They welcome new manuscripts; however, unless requested, we do not accept revisions. Do not resubmit declined manuscripts (to any agent), revised or otherwise.


Here is Part Two Of My Interview With Charlotte:

Do you like comps mentioned in the query letter?

Comps can sometimes be helpful, but I appreciate and am drawn to what hasn’t been done before as well as fresh approaches to timeless ideas.

Would you have an example of a good query letter to help writers?

It’s difficult to show one example because there can be multiple different factors that make a strong query letter and some of it is subjective. A good query letter typically includes personalization, an appealing voice/tone, a succinct and attention-grabbing pitch, a bit of relevant information about yourself, and something that makes me want to keep reading.

Have you ever thought about representing an illustrator who does not write?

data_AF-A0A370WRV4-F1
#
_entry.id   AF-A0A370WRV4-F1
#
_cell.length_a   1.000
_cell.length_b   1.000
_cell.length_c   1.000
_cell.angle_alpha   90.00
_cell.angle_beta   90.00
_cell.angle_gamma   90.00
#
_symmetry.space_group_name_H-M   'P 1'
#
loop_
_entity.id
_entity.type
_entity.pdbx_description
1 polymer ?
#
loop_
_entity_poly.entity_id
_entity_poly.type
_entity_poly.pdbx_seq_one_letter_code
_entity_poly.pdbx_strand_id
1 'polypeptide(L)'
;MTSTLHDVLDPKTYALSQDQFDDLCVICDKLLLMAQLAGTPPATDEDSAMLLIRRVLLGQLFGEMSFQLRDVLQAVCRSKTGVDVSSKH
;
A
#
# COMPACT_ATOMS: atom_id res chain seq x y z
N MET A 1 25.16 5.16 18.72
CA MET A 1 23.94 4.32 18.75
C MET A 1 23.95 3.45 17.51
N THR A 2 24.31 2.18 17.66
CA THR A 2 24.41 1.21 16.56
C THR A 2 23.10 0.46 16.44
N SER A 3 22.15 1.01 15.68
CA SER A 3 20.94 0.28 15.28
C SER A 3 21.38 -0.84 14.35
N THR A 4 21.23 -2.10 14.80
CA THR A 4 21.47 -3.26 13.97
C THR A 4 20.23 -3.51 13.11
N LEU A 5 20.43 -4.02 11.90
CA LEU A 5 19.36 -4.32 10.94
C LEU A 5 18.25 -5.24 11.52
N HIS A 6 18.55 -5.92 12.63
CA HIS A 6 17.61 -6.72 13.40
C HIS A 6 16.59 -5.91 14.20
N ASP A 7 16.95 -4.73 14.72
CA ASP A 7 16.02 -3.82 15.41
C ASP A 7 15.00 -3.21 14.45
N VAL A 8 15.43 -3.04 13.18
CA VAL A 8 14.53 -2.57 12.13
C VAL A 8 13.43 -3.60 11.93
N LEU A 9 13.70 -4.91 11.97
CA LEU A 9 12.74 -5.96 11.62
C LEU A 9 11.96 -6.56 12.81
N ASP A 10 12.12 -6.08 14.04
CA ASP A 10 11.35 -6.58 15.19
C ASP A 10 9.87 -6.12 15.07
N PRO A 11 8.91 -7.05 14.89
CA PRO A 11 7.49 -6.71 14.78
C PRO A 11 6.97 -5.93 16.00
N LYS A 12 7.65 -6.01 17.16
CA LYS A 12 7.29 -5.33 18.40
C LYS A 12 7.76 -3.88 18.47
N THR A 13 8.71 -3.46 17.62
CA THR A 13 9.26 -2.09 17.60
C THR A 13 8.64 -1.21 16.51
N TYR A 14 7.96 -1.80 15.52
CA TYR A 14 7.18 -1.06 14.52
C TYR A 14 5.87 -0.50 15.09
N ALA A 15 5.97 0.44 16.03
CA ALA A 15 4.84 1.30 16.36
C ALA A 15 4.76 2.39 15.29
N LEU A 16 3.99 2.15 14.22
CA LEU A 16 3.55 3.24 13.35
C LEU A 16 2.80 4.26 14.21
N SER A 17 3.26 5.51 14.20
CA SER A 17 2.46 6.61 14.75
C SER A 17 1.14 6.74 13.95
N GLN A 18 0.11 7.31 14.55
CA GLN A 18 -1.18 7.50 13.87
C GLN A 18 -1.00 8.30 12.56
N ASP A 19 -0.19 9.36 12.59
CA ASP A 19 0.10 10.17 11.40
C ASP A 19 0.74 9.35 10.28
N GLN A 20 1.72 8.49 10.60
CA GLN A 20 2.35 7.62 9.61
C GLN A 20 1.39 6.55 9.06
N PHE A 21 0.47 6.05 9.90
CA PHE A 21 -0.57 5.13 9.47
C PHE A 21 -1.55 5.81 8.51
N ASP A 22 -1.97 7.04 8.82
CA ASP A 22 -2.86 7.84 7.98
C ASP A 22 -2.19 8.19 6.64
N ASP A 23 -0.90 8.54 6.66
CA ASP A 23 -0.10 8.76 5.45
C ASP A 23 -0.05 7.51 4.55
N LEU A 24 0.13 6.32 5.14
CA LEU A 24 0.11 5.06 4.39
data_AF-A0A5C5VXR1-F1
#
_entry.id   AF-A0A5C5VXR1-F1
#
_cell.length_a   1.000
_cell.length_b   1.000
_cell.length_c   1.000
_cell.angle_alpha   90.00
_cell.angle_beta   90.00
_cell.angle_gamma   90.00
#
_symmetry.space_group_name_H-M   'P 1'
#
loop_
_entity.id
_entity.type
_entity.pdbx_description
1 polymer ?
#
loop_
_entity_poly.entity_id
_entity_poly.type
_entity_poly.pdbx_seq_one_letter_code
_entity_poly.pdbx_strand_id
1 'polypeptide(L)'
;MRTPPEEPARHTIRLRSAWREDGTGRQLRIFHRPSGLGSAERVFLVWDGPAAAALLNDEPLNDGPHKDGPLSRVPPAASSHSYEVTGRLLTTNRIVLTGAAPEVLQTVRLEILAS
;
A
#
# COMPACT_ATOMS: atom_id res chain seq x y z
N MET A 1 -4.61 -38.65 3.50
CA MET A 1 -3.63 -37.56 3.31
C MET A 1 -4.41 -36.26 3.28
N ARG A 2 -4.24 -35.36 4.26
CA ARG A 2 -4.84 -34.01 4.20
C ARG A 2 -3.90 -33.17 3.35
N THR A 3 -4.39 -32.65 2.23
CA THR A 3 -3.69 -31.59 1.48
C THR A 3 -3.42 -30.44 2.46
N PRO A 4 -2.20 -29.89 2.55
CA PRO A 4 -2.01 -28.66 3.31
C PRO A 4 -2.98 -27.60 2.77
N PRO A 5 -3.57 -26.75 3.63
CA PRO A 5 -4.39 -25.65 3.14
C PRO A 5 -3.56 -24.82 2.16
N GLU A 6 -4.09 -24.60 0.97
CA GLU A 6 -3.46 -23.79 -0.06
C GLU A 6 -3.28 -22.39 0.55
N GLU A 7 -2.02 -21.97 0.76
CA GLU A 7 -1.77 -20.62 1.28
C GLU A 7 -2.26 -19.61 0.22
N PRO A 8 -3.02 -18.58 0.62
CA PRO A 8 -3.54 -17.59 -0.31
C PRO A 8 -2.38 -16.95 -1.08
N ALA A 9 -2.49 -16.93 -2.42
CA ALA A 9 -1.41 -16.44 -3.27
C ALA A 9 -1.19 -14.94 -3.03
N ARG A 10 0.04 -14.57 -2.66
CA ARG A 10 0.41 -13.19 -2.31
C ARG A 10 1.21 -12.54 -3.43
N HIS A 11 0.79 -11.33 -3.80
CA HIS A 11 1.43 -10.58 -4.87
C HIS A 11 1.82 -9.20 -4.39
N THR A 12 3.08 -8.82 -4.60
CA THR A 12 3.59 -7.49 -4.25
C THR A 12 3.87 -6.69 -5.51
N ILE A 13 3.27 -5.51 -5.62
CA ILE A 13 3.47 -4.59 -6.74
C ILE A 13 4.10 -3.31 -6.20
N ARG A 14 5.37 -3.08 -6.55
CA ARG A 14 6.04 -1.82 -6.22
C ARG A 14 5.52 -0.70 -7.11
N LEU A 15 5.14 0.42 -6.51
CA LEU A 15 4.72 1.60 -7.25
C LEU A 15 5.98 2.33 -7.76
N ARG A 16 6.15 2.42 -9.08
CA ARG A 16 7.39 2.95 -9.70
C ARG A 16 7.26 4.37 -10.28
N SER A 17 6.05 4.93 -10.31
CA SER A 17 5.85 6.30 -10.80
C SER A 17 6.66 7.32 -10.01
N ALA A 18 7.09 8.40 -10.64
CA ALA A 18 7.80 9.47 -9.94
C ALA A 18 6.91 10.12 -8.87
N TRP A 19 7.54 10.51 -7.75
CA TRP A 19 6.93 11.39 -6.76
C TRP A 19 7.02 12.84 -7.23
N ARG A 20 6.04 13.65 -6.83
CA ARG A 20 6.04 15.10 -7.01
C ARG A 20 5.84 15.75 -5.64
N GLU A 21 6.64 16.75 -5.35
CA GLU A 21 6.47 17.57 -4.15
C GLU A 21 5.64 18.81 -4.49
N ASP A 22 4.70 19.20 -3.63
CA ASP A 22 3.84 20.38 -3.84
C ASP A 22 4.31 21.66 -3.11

Sure, and if they’re interested in also writing in the future, I’d be happy to work with them to develop that. Also, as of right now, all of my author-illustrator clients are open to illustration-only projects – illustrating other people’s writing – in addition to their own author-illustrated work.

Would you consider an author who has written a graphic novel but has no interest in illustrating that book?

Yes. Sometimes someone is a great graphic novel writer but not an illustrator. And I’ve found that graphic novel scripts without illustrators initially attached are more common in trade publishing than comics publishing.

Is it acceptable for a writer to refer to their manuscript as upper middle grade or lower YA or should the age of the characters be the deciding factor?

Yes, I think it’s acceptable to use those terms. The age of the characters should be a considering factor, but voice and content can also be aspects to take into account.

Any tips on how an author can get you to ask to see more?

It’s really all about the story and writing for me. A well-crafted story, or first few chapters if it’s a chapter book or novel, will most likely ignite my interest in seeing more. If it can grab my attention right away and keep it, that gets me asking for more.